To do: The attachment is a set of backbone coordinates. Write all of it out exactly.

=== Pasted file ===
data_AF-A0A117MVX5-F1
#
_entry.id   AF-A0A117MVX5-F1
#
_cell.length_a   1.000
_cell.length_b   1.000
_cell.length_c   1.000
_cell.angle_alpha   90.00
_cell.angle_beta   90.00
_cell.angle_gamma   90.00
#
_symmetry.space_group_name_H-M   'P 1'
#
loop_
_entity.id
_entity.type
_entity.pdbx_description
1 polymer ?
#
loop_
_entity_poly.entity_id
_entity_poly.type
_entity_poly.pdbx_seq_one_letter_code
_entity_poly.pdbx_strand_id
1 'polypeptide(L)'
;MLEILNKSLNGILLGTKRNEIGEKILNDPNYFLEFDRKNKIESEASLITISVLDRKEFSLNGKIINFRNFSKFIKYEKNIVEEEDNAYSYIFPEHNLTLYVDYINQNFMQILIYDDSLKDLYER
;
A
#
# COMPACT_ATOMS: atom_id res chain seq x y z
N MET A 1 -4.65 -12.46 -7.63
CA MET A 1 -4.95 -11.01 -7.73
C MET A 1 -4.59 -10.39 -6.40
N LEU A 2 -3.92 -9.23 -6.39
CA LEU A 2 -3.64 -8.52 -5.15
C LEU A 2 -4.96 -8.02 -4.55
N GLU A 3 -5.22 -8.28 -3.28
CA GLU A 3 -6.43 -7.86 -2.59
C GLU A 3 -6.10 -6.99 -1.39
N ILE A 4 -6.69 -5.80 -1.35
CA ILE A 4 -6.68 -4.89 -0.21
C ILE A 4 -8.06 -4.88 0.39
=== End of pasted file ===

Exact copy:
data_AF-A0A117MVX5-F1
#
_entry.id   AF-A0A117MVX5-F1
#
_cell.length_a   1.000
_cell.length_b   1.000
_cell.length_c   1.000
_cell.angle_alpha   90.00
_cell.angle_beta   90.00
_cell.angle_gamma   90.00
#
_symmetry.space_group_name_H-M   'P 1'
#
loop_
_entity.id
_entity.type
_entity.pdbx_description
1 polymer ?
#
loop_
_entity_poly.entity_id
_entity_poly.type
_entity_poly.pdbx_seq_one_letter_code
_entity_poly.pdbx_strand_id
1 'polypeptide(L)'
;MLEILNKSLNGILLGTKRNEIGEKILNDPNYFLEFDRKNKIESEASLITISVLDRKEFSLNGKIINFRNFSKFIKYEKNIVEEEDNAYSYIFPEHNLTLYVDYINQNFMQILIYDDSLKDLYER
;
A
#
# COMPACT_ATOMS: atom_id res chain seq x y z
N MET A 1 -4.65 -12.46 -7.63
CA MET A 1 -4.95 -11.01 -7.73
C MET A 1 -4.59 -10.39 -6.40
N LEU A 2 -3.92 -9.23 -6.39
CA LEU A 2 -3.64 -8.52 -5.15
C LEU A 2 -4.96 -8.02 -4.55
N GLU A 3 -5.22 -8.28 -3.28
CA GLU A 3 -6.43 -7.86 -2.59
C GLU A 3 -6.10 -6.99 -1.39
N ILE A 4 -6.69 -5.80 -1.35
CA ILE A 4 -6.68 -4.89 -0.21
C ILE A 4 -8.06 -4.88 0.39